I had hoped we were ready to move past the point of defining terms and such, but I guess we had forgotten the most important term. This term is actually in title, no it isn’t running or art. Confused? Well it is actually in the series title – Spirituality. Keeping in mind that Warren Kay is a Christian, but is writing to a much broader audience I really liked his definition of spirituality.
The way you live your life in light of your beliefs and values is what I call spirituality in a general sense.
This definition actually pulls together several elements of the definition provided by Webster. It is simple and broadly applicable. Kay comments on the spiritual experience – making it clear that it doesn’t have to be dramatic like Paul’s conversion in Acts or the Angel speaking to Mohammed but that they are “far more common… and are usually something much more down to earth.” He says that a spiritual experience can be something as “simple as the appreciation of beauty and friendship.” Again I would agree with his ideas about the spiritual experience.
Kay devotes several pages of Chapter Two to talking about reductionist points of view. He offers several arguments against reductionism, including a running one. The thrust of his point is that reducing running to a simple biological activity takes away much of the experience itself. The runner’s high – simply a biological process. While the biology is accurate it does seem that there should be something more. I may be a little biased by my WASP point of view but I don’t want anything reduced simply to neurons and microbes. Every living thing was created for a purpose, every chemical reaction has a reason, including the runner’s high.
Taking a look through history Kay claims that:
Running has been an activity of necessity and enjoyment for thousands of years, and in a number of cultures, running has had a close association with spirituality and religion.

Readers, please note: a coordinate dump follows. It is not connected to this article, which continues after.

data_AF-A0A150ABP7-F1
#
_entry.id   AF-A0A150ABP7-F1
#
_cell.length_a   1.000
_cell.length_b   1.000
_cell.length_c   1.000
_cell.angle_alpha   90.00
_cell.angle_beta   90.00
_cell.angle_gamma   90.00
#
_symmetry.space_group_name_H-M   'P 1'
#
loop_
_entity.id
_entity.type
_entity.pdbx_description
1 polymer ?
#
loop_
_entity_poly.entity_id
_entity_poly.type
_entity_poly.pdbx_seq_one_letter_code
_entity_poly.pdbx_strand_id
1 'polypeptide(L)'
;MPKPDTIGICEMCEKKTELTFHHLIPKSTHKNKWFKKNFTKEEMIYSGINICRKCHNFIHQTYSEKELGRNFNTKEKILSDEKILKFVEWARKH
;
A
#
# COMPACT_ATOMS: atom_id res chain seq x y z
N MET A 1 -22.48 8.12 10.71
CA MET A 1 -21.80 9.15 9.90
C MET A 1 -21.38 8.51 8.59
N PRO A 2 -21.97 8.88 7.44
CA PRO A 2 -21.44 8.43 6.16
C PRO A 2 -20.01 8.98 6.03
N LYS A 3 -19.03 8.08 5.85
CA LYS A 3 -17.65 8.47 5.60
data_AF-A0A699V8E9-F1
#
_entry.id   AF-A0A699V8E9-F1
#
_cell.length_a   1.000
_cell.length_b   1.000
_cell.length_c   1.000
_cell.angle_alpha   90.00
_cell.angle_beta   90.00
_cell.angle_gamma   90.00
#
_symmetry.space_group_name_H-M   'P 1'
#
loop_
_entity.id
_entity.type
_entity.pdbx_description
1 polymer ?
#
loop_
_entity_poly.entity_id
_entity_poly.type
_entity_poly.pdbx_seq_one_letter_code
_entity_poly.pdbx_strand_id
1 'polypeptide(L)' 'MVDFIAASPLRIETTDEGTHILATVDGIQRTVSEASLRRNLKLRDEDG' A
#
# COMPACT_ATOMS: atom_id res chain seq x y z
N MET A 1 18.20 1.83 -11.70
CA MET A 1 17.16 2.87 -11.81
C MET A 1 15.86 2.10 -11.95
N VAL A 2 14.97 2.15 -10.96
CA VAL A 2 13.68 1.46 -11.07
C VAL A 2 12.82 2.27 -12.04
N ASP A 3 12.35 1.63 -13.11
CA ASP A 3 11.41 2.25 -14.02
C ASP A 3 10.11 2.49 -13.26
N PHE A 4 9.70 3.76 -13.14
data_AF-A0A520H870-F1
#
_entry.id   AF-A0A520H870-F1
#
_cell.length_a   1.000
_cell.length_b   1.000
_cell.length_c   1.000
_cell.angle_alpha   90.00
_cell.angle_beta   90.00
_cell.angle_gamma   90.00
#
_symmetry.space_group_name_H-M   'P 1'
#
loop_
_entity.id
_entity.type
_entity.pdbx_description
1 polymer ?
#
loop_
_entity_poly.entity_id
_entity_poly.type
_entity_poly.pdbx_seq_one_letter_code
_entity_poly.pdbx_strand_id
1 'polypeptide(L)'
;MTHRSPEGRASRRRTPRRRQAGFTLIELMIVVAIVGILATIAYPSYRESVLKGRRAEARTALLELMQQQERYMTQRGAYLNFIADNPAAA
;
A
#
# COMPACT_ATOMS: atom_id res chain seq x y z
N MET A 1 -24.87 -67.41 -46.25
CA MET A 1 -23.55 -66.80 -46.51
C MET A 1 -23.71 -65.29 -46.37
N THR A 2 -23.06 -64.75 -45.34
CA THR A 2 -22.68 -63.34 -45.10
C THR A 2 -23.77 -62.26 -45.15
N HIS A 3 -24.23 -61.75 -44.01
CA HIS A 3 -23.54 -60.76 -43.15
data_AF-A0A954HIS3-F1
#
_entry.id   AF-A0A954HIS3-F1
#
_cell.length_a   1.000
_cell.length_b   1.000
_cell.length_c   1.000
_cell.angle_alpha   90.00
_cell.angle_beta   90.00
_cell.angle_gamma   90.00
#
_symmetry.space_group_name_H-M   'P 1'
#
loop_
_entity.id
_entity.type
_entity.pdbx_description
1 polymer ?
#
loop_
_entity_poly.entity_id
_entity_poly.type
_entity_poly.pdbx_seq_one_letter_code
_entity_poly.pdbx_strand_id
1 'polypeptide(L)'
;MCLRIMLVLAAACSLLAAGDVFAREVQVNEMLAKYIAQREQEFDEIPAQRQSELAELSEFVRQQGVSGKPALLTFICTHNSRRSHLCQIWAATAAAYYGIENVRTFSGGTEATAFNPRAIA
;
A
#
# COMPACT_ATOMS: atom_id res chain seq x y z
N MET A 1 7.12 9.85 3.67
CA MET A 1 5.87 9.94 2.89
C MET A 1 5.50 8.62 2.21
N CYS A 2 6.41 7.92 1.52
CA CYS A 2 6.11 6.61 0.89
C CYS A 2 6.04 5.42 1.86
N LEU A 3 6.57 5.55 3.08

I’ll assume these are correct. He claims that the Olympic Games were originally created as a religious ceremony. He also talks about a group of Buddhist Monks in Japan called “Marathon Monks” who were swift and able runners taking on a 1,000 day running challenge, which is quite extraordinary, as their ultimate spiritual prize. His final example come from the Lung-gom-pa runners of Tibet who often run 200 miles in a day and can run for 48-hours nonstop. Either of those two groups would be quite amazing to see.
His closing thoughts for this chapter are good so I’ll go ahead and quote them here:
… running, unlike many other sports or human activities, doesn’t need external tools or devices: you have your body, and that’s all you need.
Running encourages simplicity – a principle that tends to foster spiritual growth.
This, [simplicity] in turn, helps you experience a feeling of freedom and joy when you run, a feeling that is different from anything you experience through any other purely human activity.
I can’t agree with that last point enough. Whenever I slip off the watch and mp3 player and just go out for a run it can be a totally different experience than any other run. My run this past weekend at the Louisville Swamp is a great example of one of these moments.
[tags] Sacred Art, Running, Spiritual, Warren Kay [/tags]